A beginner bassist's foray into the unknown

Cool jazz soloing technique – the Cantus Firmus Method

Here’s a new video from the always impressive Adam Neely. This one is basically about counterpoint and not playing root notes when soloing. I happen to love counterpoint (its why the bass playing on Opeth‘s first two albums, Orchid and Morningrise, are some of my favorite pieces… I’m not particularly in love with their more recent offerings). I think I understand the basics of everything he’s talking about, but I’m absolutely not ready for 9ths, 11ths and 13ths and the like. It also dovetails nicely into the stuff I read last week in Target and Approach Tone s- Shaping Bebop Lines.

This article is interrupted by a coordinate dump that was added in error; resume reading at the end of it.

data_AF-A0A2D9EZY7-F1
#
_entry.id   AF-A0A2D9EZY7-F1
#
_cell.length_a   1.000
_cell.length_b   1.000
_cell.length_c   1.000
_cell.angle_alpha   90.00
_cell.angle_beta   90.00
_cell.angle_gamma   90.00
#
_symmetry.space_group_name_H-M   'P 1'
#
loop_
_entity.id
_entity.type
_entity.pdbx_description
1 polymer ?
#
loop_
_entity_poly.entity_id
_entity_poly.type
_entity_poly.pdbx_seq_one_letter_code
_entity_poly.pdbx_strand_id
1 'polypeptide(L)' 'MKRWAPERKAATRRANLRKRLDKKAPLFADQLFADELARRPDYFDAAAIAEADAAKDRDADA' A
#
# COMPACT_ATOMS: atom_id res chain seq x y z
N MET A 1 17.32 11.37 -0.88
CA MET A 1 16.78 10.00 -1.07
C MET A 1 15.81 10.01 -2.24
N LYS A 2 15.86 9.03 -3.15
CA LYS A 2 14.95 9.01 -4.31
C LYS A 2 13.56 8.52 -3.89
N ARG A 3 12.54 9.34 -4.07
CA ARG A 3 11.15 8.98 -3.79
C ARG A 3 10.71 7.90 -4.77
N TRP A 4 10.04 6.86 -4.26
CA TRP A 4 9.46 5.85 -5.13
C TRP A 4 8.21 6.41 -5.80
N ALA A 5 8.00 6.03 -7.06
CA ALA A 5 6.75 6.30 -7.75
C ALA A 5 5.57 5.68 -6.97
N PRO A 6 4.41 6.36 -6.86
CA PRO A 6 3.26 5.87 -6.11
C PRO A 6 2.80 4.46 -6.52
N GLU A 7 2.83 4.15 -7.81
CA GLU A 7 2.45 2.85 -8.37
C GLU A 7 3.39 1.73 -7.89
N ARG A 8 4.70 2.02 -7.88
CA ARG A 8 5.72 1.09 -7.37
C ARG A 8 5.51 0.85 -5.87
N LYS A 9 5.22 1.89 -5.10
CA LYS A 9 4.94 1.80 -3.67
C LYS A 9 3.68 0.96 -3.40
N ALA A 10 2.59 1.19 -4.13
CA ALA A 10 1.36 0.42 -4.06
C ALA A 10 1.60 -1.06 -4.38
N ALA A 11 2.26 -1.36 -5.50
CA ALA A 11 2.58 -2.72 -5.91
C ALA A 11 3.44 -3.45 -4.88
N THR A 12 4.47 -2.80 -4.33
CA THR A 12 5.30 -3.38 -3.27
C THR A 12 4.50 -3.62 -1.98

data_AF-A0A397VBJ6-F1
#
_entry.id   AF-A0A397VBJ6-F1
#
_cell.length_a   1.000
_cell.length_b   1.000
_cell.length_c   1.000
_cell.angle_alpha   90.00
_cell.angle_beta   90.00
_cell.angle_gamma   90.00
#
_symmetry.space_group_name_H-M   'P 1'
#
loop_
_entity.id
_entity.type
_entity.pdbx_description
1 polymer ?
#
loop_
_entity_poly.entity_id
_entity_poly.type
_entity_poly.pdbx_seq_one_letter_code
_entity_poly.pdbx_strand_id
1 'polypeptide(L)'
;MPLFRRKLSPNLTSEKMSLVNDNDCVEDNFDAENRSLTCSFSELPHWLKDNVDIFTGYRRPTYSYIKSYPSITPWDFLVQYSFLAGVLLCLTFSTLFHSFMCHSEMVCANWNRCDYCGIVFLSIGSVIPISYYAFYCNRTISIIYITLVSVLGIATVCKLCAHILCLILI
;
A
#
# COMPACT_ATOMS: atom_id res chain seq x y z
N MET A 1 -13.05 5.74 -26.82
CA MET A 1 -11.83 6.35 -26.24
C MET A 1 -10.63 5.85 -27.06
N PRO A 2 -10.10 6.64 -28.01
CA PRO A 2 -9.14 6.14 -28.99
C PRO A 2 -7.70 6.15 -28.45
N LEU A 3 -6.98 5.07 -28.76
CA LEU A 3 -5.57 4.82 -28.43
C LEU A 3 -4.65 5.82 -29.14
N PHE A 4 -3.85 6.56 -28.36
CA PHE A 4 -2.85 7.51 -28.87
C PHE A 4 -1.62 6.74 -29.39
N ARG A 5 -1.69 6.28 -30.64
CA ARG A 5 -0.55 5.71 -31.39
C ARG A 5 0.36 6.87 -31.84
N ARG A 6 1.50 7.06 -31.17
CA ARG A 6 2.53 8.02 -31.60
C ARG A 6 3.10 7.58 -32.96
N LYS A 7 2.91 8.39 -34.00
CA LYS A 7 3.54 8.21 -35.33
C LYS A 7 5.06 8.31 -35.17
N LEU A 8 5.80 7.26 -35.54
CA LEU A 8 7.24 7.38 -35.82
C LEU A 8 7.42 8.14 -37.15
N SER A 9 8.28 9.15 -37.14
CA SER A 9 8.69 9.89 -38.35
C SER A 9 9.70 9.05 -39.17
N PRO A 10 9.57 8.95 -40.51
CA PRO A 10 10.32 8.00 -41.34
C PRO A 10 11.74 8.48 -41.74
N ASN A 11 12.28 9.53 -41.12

Anyway, watch the video. Adam is gold.

Cool jazz soloing technique – the Cantus Firmus Method

Also – I saw someone in the Youtube comments say that the “out there” parts that Adam was playing was basically the entire Spheres album from Pestilence… I have to basically agree. 😉

For those of you who follow metal bassists, Opeth’s early basswork was done by Johan De Farfalla. Pestilence sported the amazing Jeroen Paul Thesseling. Both are Swedish…

Advertisements

Leave a Reply

Fill in your details below or click an icon to log in:

WordPress.com Logo

You are commenting using your WordPress.com account. Log Out / Change )

Twitter picture

You are commenting using your Twitter account. Log Out / Change )

Facebook photo

You are commenting using your Facebook account. Log Out / Change )

Google+ photo

You are commenting using your Google+ account. Log Out / Change )

Connecting to %s